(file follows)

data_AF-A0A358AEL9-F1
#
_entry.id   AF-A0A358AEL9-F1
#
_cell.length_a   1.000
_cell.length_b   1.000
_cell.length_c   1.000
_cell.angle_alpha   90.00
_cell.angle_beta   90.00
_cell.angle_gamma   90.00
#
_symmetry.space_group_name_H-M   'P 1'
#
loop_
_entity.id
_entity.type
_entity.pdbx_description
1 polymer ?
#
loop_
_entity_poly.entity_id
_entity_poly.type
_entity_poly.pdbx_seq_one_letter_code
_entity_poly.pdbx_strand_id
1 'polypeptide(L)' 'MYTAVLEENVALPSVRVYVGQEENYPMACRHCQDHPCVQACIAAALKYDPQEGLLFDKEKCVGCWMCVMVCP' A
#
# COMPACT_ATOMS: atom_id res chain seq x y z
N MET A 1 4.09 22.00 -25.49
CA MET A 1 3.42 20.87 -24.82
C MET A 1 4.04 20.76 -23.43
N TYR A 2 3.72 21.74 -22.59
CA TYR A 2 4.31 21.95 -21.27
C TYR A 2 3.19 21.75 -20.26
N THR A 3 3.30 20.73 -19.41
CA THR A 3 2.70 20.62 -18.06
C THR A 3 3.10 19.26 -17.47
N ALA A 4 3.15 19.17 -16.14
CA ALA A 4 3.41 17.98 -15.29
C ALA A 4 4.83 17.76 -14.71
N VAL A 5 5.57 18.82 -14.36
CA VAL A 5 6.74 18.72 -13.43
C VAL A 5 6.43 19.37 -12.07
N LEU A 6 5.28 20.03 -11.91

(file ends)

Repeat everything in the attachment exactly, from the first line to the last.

data_AF-A0A358AEL9-F1
#
_entry.id   AF-A0A358AEL9-F1
#
_cell.length_a   1.000
_cell.length_b   1.000
_cell.length_c   1.000
_cell.angle_alpha   90.00
_cell.angle_beta   90.00
_cell.angle_gamma   90.00
#
_symmetry.space_group_name_H-M   'P 1'
#
loop_
_entity.id
_entity.type
_entity.pdbx_description
1 polymer ?
#
loop_
_entity_poly.entity_id
_entity_poly.type
_entity_poly.pdbx_seq_one_letter_code
_entity_poly.pdbx_strand_id
1 'polypeptide(L)' 'MYTAVLEENVALPSVRVYVGQEENYPMACRHCQDHPCVQACIAAALKYDPQEGLLFDKEKCVGCWMCVMVCP' A
#
# COMPACT_ATOMS: atom_id res chain seq x y z
N MET A 1 4.09 22.00 -25.49
CA MET A 1 3.42 20.87 -24.82
C MET A 1 4.04 20.76 -23.43
N TYR A 2 3.72 21.74 -22.59
CA TYR A 2 4.31 21.95 -21.27
C TYR A 2 3.19 21.75 -20.26
N THR A 3 3.30 20.73 -19.41
CA THR A 3 2.70 20.62 -18.06
C THR A 3 3.10 19.26 -17.47
N ALA A 4 3.15 19.17 -16.14
CA ALA A 4 3.41 17.98 -15.29
C ALA A 4 4.83 17.76 -14.71
N VAL A 5 5.57 18.82 -14.36
CA VAL A 5 6.74 18.72 -13.43
C VAL A 5 6.43 19.37 -12.07
N LEU A 6 5.28 20.03 -11.91